Zelda Wynn Valdes first black Fashion designer and costumer to open her own shop
Fashion legend Zelda Wynn Valdes (1905 – 2001) was the first black designer and costumer to open her own shop, which was the first black-owned business on Broadway in 1948. Her designs have been worn by famous entertainers such as Dorothy Dandridge, Josephine Baker,Joyce Bryant, Marian Anderson, Josephine Baker, Ella Fitzgerald, Mae West, Ruby Dee, Eartha Kitt and Sarah Vaughan, among many others.
Zelda Wynn was born in 1905, she got her start in fashion creating outfits for her dolls as a child in Chambersburg, Pa., and began cutting out patterns from newspaper. She studied her grandmother’s work as a seamstress & also worked in her uncle’s tailoring shop. She offered to create a dress for her grandmother, who said she couldn’t because she was too tall & too big. Zelda did it anyway, and her grandmother loved it so much that she was buried in it.
Zelda had a gift in making women look beautiful with her designs that hugged the body and a woman’s shape . She once told a New York Times reporter that she had a God given talent on making women look good.
She landed her first job at a fancy clothier, and expressed that it was not easy for her at time she recalled in the same article. Some of the clients doubted her abilities as a young black woman, but Zelda was determined to show them what she could do. Over time, many had seen what she could do and wanted her to do the same for them.
In 1948, Ms. Wynn would open her own boutique in Manhattan in what is now Washington Heights on Broadway and West 158th Street.with her sister, Mary Barbour, who worked as her assistant and supervised the staff of the store that attracted many celebrities and fashionable women .She would later move ‘Chez Zelda’ midtown to 57th street
In 1949, the Pennsylvania-born designer who would later be known simply as Zelda Wynn, was president of the New York chapter of NAFAD, the National Association of Fashion and Accessory Designers, an organization of Black designers that was founded by none other than educator Mary McLeod Bethune.
In the early 1950s, singer Joyce Bryant, was a huge star in the Black community who also had enough mainstream success to do a photo spread in LIFE magazine and was called “the Black Marilyn Monroe” with constant mentions in Walter Winchell’s gossip column. Despite her undeniable soprano and four octave range, she was best known for her sexy image, which was jumpstarted by Ms. Wynn.
In 1953, Our World, a premiere magazine for African-Americans at the time, noted that “Zelda’s gowns changed torch singer, Joyce Bryant’s career. When Zelda met Joyce, she was wearing bouffant, ‘sweet’ dresses and was singing ‘sweet’ songs which, as the designer noted she preferred because she was religious. However, Ms. Wynn convinced the singer that she was hiding her curves wasn’t doing her any favors. Once Ms. Bryant adapted the skin-tight, low-cut gowns by Zelda Wynn Valdes, her career exploded.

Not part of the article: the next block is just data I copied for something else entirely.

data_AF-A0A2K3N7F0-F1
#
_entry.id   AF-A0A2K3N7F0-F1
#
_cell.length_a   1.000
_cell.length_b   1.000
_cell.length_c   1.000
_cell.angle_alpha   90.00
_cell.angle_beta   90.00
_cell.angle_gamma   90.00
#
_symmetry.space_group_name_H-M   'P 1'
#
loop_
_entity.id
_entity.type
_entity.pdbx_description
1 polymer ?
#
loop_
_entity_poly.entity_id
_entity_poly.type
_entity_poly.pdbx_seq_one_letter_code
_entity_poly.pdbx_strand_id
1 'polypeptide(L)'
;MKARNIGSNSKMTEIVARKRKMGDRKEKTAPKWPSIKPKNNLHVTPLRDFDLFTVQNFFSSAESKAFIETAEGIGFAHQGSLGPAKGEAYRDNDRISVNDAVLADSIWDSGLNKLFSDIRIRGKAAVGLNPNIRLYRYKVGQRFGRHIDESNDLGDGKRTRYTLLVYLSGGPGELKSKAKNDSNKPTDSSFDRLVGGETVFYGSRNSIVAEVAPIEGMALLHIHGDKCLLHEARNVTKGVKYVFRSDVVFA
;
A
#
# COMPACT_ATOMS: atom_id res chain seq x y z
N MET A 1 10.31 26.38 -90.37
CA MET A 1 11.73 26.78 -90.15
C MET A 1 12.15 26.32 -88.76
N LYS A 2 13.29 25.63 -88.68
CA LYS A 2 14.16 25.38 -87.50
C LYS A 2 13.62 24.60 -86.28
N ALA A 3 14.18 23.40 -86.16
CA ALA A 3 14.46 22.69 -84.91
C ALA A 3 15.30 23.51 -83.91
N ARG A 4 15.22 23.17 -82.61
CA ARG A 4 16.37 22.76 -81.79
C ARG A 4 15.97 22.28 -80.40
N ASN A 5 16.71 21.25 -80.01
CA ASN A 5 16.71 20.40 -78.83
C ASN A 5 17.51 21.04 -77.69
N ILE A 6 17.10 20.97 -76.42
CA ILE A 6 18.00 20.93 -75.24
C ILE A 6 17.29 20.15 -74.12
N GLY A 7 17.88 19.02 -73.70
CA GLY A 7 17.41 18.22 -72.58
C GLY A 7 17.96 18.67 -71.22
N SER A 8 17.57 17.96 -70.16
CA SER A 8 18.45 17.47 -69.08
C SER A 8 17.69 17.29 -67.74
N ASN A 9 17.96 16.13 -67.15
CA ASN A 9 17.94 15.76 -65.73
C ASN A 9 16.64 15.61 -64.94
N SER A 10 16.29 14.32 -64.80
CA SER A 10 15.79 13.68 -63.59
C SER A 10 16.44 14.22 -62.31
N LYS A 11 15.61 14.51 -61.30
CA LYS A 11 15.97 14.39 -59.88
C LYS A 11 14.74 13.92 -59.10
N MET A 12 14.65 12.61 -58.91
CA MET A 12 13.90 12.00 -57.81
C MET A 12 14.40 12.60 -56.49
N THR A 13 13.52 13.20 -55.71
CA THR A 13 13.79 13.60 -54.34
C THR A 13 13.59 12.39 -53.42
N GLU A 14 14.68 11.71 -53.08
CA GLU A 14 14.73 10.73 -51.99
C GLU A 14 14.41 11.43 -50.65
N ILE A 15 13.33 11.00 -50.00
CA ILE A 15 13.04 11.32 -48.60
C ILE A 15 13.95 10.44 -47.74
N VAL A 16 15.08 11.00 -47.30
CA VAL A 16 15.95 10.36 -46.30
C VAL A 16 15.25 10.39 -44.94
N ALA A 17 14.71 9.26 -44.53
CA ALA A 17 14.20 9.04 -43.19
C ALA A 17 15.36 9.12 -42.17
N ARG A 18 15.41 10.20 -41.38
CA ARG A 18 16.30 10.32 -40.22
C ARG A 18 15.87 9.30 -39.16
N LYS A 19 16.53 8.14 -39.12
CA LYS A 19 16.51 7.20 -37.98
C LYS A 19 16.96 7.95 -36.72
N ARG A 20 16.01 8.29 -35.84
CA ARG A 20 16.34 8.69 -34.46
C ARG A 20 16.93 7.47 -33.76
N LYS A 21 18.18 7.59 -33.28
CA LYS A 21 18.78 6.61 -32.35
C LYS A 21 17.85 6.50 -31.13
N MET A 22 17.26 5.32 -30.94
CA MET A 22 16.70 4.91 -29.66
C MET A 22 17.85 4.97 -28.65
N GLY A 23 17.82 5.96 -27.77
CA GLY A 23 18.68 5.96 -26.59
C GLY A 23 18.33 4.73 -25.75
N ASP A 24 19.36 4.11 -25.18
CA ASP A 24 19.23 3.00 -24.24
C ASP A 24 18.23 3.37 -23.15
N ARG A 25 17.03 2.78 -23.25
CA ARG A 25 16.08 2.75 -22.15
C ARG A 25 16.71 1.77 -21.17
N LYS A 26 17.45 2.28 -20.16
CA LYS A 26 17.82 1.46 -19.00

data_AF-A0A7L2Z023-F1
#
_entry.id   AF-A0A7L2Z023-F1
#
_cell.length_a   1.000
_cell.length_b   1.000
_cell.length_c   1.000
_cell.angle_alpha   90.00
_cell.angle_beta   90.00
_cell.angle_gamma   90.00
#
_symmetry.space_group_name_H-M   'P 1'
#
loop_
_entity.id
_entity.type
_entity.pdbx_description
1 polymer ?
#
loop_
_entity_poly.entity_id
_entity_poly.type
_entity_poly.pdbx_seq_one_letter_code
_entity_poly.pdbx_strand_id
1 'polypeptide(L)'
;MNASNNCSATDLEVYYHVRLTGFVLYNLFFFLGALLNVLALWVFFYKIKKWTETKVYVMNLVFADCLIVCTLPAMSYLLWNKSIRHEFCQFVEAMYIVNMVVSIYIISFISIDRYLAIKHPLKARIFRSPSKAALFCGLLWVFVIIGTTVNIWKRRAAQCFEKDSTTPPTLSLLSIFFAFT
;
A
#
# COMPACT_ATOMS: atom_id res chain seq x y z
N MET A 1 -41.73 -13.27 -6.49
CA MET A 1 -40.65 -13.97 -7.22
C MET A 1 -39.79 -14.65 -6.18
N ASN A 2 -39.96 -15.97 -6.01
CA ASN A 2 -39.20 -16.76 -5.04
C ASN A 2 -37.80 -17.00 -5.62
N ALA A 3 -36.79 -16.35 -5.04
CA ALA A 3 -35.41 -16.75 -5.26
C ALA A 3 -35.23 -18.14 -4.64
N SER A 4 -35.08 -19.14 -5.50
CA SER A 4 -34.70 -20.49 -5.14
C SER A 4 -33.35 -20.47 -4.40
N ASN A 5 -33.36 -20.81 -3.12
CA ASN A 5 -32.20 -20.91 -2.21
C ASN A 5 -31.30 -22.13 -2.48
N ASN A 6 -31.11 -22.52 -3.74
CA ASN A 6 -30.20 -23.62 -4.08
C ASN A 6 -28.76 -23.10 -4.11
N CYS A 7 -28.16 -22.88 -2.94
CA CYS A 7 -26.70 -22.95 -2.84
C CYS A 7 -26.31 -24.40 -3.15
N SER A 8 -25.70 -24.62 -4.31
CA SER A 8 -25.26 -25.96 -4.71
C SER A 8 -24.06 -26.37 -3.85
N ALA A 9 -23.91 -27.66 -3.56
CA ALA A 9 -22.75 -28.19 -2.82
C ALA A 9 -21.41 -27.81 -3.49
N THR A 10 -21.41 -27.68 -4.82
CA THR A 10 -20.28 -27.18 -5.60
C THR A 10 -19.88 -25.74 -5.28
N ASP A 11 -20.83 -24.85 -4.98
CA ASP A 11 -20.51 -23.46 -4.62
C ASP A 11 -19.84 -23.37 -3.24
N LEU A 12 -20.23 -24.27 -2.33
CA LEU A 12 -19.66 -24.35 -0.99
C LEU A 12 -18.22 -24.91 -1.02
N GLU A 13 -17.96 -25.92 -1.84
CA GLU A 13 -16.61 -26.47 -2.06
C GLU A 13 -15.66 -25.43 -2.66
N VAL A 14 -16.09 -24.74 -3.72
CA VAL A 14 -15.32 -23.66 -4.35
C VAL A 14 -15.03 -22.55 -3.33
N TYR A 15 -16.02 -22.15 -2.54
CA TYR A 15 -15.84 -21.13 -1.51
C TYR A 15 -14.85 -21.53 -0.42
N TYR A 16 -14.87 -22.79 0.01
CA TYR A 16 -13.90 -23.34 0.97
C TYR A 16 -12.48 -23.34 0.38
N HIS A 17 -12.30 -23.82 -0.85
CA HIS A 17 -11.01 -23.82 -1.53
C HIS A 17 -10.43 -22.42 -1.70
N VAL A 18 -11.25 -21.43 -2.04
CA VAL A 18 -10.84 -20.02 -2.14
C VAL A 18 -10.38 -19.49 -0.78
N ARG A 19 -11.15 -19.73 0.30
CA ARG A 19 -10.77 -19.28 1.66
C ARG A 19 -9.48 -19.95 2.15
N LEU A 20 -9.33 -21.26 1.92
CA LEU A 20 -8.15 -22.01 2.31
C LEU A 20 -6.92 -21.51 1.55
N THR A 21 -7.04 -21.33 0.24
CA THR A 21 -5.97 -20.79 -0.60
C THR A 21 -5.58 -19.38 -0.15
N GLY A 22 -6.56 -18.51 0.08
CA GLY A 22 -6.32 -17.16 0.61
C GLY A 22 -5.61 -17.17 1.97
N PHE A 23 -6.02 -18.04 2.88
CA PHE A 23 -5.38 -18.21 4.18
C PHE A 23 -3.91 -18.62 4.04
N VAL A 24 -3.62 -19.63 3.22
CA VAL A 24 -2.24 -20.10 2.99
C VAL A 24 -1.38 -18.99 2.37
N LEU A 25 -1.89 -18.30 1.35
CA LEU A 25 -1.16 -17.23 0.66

Hugh Hefner, hired Zelda to design the first Playboy Bunny costumes in the 1950s. Zelda also played an integral role in the formation of the National Association of Fashion and Accessory Designers, which has inspired many to continue with the vision and carry on the legacy of pursuing exciting careers in the fashion industry.
Singer/actress Dorothy Dandridge
Legendary singer Ella Fitzgerald in the 1940’s wearing on of Zelda’s designs. Zelda spoke of designing for Ella in one of her last interviews with the NY Times, saying:
I just had a God-given talent for making people beautiful,” she said in a 1994 interview and, she was being modest. Consider the story that she always told about Ella Fitzgerald: “Edna Robinson (Sugar Ray Robinson’s wife) recommended me to Ms. Fitzgerald when she was going to sing at the Apollo Theater in New York,” said Ms. Wynn. “I was able to measure her once, but thereafter she was so busy that she didn’t have the time. She would order – always in a rush – and I would study photos of her and guess her increasing size. She always said they fit and she’d order more, always three at a time. I never had more than three to four days to finish the gowns. I am pleased to say that I never missed a delivery.”
Sex symbol Mae West Zelda was one of Mae’s favorite designers because she knew how to accentuate the curves.
Zelda was 65 years old when Arthur Mitchell, creator of the first ballet company, asked her to design the outfits for the
Dance Theatre of Harlem. She designed the costumes and supervised the wardrobe department for the dance group all the way up to her nineties. She closed her business at 83 and retired in 2000.
Zelda Wynn Valdes died at the age on Sept 26 2001 at the age of 96 years old.